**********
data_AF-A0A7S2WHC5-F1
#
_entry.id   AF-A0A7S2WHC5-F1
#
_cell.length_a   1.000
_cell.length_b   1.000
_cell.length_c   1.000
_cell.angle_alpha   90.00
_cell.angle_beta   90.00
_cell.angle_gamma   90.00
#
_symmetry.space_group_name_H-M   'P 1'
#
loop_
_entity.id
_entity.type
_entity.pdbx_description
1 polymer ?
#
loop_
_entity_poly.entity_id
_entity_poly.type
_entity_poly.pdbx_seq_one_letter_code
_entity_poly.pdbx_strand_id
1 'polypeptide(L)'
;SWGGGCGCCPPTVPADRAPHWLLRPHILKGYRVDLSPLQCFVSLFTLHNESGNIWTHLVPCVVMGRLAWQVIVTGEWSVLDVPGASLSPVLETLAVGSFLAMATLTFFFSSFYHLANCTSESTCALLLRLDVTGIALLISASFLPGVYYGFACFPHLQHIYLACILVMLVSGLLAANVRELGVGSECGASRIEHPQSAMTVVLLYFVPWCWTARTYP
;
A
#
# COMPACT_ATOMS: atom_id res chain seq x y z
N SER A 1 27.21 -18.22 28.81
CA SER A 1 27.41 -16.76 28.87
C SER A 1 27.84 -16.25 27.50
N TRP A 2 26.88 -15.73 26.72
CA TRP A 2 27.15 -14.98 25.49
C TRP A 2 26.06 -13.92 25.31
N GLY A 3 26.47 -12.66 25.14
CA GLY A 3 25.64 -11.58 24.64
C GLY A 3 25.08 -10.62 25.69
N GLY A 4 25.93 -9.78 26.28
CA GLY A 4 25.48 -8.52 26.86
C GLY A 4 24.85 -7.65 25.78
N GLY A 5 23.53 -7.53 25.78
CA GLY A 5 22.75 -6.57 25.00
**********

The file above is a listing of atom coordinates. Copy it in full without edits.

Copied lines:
data_AF-A0A7S2WHC5-F1
#
_entry.id   AF-A0A7S2WHC5-F1
#
_cell.length_a   1.000
_cell.length_b   1.000
_cell.length_c   1.000
_cell.angle_alpha   90.00
_cell.angle_beta   90.00
_cell.angle_gamma   90.00
#
_symmetry.space_group_name_H-M   'P 1'
#
loop_
_entity.id
_entity.type
_entity.pdbx_description
1 polymer ?
#
loop_
_entity_poly.entity_id
_entity_poly.type
_entity_poly.pdbx_seq_one_letter_code
_entity_poly.pdbx_strand_id
1 'polypeptide(L)'
;SWGGGCGCCPPTVPADRAPHWLLRPHILKGYRVDLSPLQCFVSLFTLHNESGNIWTHLVPCVVMGRLAWQVIVTGEWSVLDVPGASLSPVLETLAVGSFLAMATLTFFFSSFYHLANCTSESTCALLLRLDVTGIALLISASFLPGVYYGFACFPHLQHIYLACILVMLVSGLLAANVRELGVGSECGASRIEHPQSAMTVVLLYFVPWCWTARTYP
;
A
#
# COMPACT_ATOMS: atom_id res chain seq x y z
N SER A 1 27.21 -18.22 28.81
CA SER A 1 27.41 -16.76 28.87
C SER A 1 27.84 -16.25 27.50
N TRP A 2 26.88 -15.73 26.72
CA TRP A 2 27.15 -14.98 25.49
C TRP A 2 26.06 -13.92 25.31
N GLY A 3 26.47 -12.66 25.14
CA GLY A 3 25.64 -11.58 24.64
C GLY A 3 25.08 -10.62 25.69
N GLY A 4 25.93 -9.78 26.28
CA GLY A 4 25.48 -8.52 26.86
C GLY A 4 24.85 -7.65 25.78
N GLY A 5 23.53 -7.53 25.78
CA GLY A 5 22.75 -6.57 25.00